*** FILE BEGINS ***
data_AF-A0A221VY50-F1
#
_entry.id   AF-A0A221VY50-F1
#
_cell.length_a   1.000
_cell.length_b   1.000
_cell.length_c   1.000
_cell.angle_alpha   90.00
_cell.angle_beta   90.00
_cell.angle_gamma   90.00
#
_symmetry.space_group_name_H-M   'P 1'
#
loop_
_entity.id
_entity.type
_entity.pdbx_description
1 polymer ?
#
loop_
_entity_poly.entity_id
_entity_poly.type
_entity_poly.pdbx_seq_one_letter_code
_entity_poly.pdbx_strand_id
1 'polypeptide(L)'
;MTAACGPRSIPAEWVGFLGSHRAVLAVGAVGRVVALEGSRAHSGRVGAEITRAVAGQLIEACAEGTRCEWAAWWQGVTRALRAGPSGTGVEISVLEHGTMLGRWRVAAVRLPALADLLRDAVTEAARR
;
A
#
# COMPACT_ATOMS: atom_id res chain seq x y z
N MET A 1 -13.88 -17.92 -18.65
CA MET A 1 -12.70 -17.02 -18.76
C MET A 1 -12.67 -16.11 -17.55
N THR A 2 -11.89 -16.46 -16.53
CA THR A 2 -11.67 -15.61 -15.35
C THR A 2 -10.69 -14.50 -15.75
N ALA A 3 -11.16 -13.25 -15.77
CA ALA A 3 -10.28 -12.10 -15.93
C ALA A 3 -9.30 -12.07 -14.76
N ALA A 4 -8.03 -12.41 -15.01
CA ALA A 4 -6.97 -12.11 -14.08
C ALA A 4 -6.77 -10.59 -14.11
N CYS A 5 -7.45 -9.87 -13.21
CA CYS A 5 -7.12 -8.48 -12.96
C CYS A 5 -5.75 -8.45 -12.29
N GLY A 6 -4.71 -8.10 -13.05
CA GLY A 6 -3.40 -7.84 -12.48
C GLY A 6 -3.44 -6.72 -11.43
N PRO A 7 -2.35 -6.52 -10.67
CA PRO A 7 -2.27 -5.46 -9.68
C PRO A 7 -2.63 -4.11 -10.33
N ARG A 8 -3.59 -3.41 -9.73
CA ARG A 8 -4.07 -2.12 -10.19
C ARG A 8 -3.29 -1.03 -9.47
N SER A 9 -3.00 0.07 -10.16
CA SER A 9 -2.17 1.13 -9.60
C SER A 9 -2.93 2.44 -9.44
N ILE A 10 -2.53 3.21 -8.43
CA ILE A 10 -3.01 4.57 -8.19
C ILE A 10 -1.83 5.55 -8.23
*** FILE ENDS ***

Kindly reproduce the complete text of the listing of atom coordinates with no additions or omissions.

data_AF-A0A221VY50-F1
#
_entry.id   AF-A0A221VY50-F1
#
_cell.length_a   1.000
_cell.length_b   1.000
_cell.length_c   1.000
_cell.angle_alpha   90.00
_cell.angle_beta   90.00
_cell.angle_gamma   90.00
#
_symmetry.space_group_name_H-M   'P 1'
#
loop_
_entity.id
_entity.type
_entity.pdbx_description
1 polymer ?
#
loop_
_entity_poly.entity_id
_entity_poly.type
_entity_poly.pdbx_seq_one_letter_code
_entity_poly.pdbx_strand_id
1 'polypeptide(L)'
;MTAACGPRSIPAEWVGFLGSHRAVLAVGAVGRVVALEGSRAHSGRVGAEITRAVAGQLIEACAEGTRCEWAAWWQGVTRALRAGPSGTGVEISVLEHGTMLGRWRVAAVRLPALADLLRDAVTEAARR
;
A
#
# COMPACT_ATOMS: atom_id res chain seq x y z
N MET A 1 -13.88 -17.92 -18.65
CA MET A 1 -12.70 -17.02 -18.76
C MET A 1 -12.67 -16.11 -17.55
N THR A 2 -11.89 -16.46 -16.53
CA THR A 2 -11.67 -15.61 -15.35
C THR A 2 -10.69 -14.50 -15.75
N ALA A 3 -11.16 -13.25 -15.77
CA ALA A 3 -10.28 -12.10 -15.93
C ALA A 3 -9.30 -12.07 -14.76
N ALA A 4 -8.03 -12.41 -15.01
CA ALA A 4 -6.97 -12.11 -14.08
C ALA A 4 -6.77 -10.59 -14.11
N CYS A 5 -7.45 -9.87 -13.21
CA CYS A 5 -7.12 -8.48 -12.96
C CYS A 5 -5.75 -8.45 -12.29
N GLY A 6 -4.71 -8.10 -13.05
CA GLY A 6 -3.40 -7.84 -12.48
C GLY A 6 -3.44 -6.72 -11.43
N PRO A 7 -2.35 -6.52 -10.67
CA PRO A 7 -2.27 -5.46 -9.68
C PRO A 7 -2.63 -4.11 -10.33
N ARG A 8 -3.59 -3.41 -9.73
CA ARG A 8 -4.07 -2.12 -10.19
C ARG A 8 -3.29 -1.03 -9.47
N SER A 9 -3.00 0.07 -10.16
CA SER A 9 -2.17 1.13 -9.60
C SER A 9 -2.93 2.44 -9.44
N ILE A 10 -2.53 3.21 -8.43
CA ILE A 10 -3.01 4.57 -8.19
C ILE A 10 -1.83 5.55 -8.23